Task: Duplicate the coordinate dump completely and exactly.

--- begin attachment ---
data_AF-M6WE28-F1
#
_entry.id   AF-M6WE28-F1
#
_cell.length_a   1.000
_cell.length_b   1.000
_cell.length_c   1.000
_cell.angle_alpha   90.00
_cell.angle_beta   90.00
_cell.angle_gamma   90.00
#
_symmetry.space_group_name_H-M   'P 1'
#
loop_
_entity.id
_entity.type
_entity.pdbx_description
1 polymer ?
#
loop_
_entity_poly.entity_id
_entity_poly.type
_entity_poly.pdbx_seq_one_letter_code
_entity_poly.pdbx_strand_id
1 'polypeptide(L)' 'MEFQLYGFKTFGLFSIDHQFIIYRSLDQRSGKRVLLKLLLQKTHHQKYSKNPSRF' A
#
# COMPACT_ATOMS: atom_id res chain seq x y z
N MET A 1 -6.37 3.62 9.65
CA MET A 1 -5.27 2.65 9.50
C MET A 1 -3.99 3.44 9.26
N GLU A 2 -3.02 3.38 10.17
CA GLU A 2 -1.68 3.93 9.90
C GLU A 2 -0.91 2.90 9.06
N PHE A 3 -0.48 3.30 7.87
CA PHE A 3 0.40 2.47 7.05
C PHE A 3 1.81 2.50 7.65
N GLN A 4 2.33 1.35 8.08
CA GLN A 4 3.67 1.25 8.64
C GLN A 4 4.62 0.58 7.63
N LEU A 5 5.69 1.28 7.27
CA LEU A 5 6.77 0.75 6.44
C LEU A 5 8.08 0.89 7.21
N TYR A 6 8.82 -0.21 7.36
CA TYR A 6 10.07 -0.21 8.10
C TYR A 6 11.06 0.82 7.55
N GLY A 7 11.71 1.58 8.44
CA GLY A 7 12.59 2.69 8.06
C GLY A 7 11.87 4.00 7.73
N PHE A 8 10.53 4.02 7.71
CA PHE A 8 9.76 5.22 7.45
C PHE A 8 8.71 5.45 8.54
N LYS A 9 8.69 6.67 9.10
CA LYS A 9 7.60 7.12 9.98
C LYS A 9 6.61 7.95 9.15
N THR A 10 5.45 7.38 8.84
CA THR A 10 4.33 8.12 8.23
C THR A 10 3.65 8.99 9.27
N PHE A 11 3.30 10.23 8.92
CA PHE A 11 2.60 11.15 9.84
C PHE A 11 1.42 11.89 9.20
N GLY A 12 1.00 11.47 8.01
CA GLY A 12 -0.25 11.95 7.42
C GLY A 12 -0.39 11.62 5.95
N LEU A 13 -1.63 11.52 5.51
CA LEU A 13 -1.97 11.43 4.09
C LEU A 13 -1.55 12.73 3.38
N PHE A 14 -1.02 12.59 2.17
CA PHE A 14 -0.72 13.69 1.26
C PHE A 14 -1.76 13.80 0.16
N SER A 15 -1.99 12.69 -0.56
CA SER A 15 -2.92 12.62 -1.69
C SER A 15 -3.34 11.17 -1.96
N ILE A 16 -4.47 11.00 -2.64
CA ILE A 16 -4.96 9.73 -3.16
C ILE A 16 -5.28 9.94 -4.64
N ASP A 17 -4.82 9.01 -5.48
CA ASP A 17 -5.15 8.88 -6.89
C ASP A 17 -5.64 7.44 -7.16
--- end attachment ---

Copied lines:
data_AF-M6WE28-F1
#
_entry.id   AF-M6WE28-F1
#
_cell.length_a   1.000
_cell.length_b   1.000
_cell.length_c   1.000
_cell.angle_alpha   90.00
_cell.angle_beta   90.00
_cell.angle_gamma   90.00
#
_symmetry.space_group_name_H-M   'P 1'
#
loop_
_entity.id
_entity.type
_entity.pdbx_description
1 polymer ?
#
loop_
_entity_poly.entity_id
_entity_poly.type
_entity_poly.pdbx_seq_one_letter_code
_entity_poly.pdbx_strand_id
1 'polypeptide(L)' 'MEFQLYGFKTFGLFSIDHQFIIYRSLDQRSGKRVLLKLLLQKTHHQKYSKNPSRF' A
#
# COMPACT_ATOMS: atom_id res chain seq x y z
N MET A 1 -6.37 3.62 9.65
CA MET A 1 -5.27 2.65 9.50
C MET A 1 -3.99 3.44 9.26
N GLU A 2 -3.02 3.38 10.17
CA GLU A 2 -1.68 3.93 9.90
C GLU A 2 -0.91 2.90 9.06
N PHE A 3 -0.48 3.30 7.87
CA PHE A 3 0.40 2.47 7.05
C PHE A 3 1.81 2.50 7.65
N GLN A 4 2.33 1.35 8.08
CA GLN A 4 3.67 1.25 8.64
C GLN A 4 4.62 0.58 7.63
N LEU A 5 5.69 1.28 7.27
CA LEU A 5 6.77 0.75 6.44
C LEU A 5 8.08 0.89 7.21
N TYR A 6 8.82 -0.21 7.36
CA TYR A 6 10.07 -0.21 8.10
C TYR A 6 11.06 0.82 7.55
N GLY A 7 11.71 1.58 8.44
CA GLY A 7 12.59 2.69 8.06
C GLY A 7 11.87 4.00 7.73
N PHE A 8 10.53 4.02 7.71
CA PHE A 8 9.76 5.22 7.45
C PHE A 8 8.71 5.45 8.54
N LYS A 9 8.69 6.67 9.10
CA LYS A 9 7.60 7.12 9.98
C LYS A 9 6.61 7.95 9.15
N THR A 10 5.45 7.38 8.84
CA THR A 10 4.33 8.12 8.23
C THR A 10 3.65 8.99 9.27
N PHE A 11 3.30 10.23 8.92
CA PHE A 11 2.60 11.15 9.84
C PHE A 11 1.42 11.89 9.20
N GLY A 12 1.00 11.47 8.01
CA GLY A 12 -0.25 11.95 7.42
C GLY A 12 -0.39 11.62 5.95
N LEU A 13 -1.63 11.52 5.51
CA LEU A 13 -1.97 11.43 4.09
C LEU A 13 -1.55 12.73 3.38
N PHE A 14 -1.02 12.59 2.17
CA PHE A 14 -0.72 13.69 1.26
C PHE A 14 -1.76 13.80 0.16
N SER A 15 -1.99 12.69 -0.56
CA SER A 15 -2.92 12.62 -1.69
C SER A 15 -3.34 11.17 -1.96
N ILE A 16 -4.47 11.00 -2.64
CA ILE A 16 -4.96 9.73 -3.16
C ILE A 16 -5.28 9.94 -4.64
N ASP A 17 -4.82 9.01 -5.48
CA ASP A 17 -5.15 8.88 -6.89
C ASP A 17 -5.64 7.44 -7.16